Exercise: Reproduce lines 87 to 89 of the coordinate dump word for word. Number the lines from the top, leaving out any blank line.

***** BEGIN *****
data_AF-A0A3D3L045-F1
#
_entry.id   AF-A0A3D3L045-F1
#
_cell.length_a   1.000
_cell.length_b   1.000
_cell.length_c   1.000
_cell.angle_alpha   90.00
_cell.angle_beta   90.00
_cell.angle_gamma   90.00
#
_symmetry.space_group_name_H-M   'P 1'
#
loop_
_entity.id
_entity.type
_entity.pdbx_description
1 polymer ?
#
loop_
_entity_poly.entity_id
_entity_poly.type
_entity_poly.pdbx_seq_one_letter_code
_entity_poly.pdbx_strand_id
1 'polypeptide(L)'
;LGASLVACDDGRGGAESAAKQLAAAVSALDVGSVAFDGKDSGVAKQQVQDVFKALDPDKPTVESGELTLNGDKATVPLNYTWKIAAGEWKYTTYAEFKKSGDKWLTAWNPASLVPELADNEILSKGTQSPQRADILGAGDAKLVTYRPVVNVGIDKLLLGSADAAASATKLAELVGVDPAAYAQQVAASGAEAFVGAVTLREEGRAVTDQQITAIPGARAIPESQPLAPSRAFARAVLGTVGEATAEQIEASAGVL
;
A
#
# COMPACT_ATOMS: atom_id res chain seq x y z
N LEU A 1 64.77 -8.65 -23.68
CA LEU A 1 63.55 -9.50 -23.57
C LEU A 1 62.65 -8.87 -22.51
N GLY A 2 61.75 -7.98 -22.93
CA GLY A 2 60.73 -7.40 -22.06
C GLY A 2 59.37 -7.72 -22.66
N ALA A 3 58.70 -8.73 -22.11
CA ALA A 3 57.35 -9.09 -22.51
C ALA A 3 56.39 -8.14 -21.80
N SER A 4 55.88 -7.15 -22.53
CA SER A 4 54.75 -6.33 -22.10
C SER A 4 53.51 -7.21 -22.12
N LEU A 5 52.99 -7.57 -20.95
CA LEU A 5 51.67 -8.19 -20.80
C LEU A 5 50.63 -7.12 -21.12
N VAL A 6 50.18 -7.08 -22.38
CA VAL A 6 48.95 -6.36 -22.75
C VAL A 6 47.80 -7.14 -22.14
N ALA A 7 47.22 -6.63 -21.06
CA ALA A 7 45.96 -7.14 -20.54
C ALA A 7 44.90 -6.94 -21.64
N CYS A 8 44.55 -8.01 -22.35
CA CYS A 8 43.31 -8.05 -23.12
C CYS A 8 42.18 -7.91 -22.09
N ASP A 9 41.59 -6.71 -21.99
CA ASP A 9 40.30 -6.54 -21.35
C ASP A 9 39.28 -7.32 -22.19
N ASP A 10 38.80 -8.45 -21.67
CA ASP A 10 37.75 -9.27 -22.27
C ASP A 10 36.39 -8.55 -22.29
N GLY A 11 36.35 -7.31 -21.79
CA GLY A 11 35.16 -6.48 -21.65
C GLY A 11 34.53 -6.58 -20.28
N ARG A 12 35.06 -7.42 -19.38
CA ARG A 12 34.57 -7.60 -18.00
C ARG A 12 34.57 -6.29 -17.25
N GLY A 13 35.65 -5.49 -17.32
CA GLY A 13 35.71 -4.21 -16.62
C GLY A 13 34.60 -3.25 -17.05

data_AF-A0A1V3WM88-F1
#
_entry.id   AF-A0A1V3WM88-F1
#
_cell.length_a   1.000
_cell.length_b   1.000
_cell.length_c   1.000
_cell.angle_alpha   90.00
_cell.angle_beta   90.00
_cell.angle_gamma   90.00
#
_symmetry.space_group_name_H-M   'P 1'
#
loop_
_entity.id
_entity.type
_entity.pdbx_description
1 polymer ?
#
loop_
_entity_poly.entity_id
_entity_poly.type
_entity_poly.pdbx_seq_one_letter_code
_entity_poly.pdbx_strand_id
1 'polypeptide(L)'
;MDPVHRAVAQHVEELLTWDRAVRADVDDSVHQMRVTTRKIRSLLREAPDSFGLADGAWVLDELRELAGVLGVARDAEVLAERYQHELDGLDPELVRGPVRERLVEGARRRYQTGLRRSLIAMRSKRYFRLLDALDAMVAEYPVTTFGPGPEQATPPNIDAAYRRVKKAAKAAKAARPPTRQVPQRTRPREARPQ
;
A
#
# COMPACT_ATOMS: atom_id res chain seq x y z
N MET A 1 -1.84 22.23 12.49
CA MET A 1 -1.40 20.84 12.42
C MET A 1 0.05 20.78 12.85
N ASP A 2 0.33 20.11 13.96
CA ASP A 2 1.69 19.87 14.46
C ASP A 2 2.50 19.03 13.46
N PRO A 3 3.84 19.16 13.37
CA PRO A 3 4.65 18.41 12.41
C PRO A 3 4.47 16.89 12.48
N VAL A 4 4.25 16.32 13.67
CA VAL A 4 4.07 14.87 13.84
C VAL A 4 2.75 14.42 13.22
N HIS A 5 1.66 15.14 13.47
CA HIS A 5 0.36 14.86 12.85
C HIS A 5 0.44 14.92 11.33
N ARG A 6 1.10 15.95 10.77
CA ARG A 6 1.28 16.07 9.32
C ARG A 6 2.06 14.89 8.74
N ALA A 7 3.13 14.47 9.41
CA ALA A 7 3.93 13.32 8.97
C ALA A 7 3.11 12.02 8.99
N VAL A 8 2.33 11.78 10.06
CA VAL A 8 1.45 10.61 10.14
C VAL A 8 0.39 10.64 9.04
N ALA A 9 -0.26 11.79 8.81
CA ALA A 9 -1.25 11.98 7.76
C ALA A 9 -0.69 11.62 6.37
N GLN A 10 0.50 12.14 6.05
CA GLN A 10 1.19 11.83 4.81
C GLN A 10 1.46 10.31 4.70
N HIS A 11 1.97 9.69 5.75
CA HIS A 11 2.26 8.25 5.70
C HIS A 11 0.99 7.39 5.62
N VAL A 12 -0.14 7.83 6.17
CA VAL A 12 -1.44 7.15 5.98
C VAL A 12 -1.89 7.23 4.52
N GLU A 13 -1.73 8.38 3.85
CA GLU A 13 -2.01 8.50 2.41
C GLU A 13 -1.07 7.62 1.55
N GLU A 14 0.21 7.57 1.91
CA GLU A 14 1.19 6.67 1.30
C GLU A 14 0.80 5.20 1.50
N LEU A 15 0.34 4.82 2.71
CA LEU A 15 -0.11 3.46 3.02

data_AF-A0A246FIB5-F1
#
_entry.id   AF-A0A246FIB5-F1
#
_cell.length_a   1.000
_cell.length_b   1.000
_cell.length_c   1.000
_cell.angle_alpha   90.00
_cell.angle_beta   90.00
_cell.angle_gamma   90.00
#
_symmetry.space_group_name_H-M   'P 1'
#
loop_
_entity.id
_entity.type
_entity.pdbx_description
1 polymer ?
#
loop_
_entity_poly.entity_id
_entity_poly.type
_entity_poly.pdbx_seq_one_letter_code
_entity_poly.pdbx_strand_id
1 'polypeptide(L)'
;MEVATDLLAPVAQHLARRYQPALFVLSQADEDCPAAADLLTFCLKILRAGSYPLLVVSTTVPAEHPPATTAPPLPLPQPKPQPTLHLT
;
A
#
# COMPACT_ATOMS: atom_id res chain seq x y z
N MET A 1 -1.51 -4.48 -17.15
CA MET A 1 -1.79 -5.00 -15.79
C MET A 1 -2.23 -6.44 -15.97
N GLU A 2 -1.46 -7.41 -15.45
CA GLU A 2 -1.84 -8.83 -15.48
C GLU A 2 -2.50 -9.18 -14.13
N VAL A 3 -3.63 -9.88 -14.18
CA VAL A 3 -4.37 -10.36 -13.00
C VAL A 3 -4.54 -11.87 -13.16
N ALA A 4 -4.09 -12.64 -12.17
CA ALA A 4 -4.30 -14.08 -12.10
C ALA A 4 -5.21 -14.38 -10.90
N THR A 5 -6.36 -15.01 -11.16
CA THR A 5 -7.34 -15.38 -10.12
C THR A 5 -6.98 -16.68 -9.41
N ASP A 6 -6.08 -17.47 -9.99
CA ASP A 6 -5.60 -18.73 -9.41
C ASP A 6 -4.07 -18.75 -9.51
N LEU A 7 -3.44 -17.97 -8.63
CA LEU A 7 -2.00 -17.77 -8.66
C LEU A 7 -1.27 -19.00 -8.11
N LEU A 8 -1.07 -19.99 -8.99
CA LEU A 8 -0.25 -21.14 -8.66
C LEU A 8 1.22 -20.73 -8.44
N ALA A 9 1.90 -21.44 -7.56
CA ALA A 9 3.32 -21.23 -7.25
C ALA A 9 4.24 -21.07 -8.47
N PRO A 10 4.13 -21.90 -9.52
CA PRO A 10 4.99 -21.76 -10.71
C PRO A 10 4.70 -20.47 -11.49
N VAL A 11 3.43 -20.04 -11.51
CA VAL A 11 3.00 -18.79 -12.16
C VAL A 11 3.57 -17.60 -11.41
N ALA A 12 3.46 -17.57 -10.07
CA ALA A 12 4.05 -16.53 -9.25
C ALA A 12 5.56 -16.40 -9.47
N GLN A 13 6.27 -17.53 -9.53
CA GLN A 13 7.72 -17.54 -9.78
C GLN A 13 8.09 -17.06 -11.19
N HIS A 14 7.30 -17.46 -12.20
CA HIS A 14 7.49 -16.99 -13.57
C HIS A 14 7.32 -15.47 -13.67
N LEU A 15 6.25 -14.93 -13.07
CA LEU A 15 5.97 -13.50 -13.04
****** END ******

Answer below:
1 polymer ?
#
loop_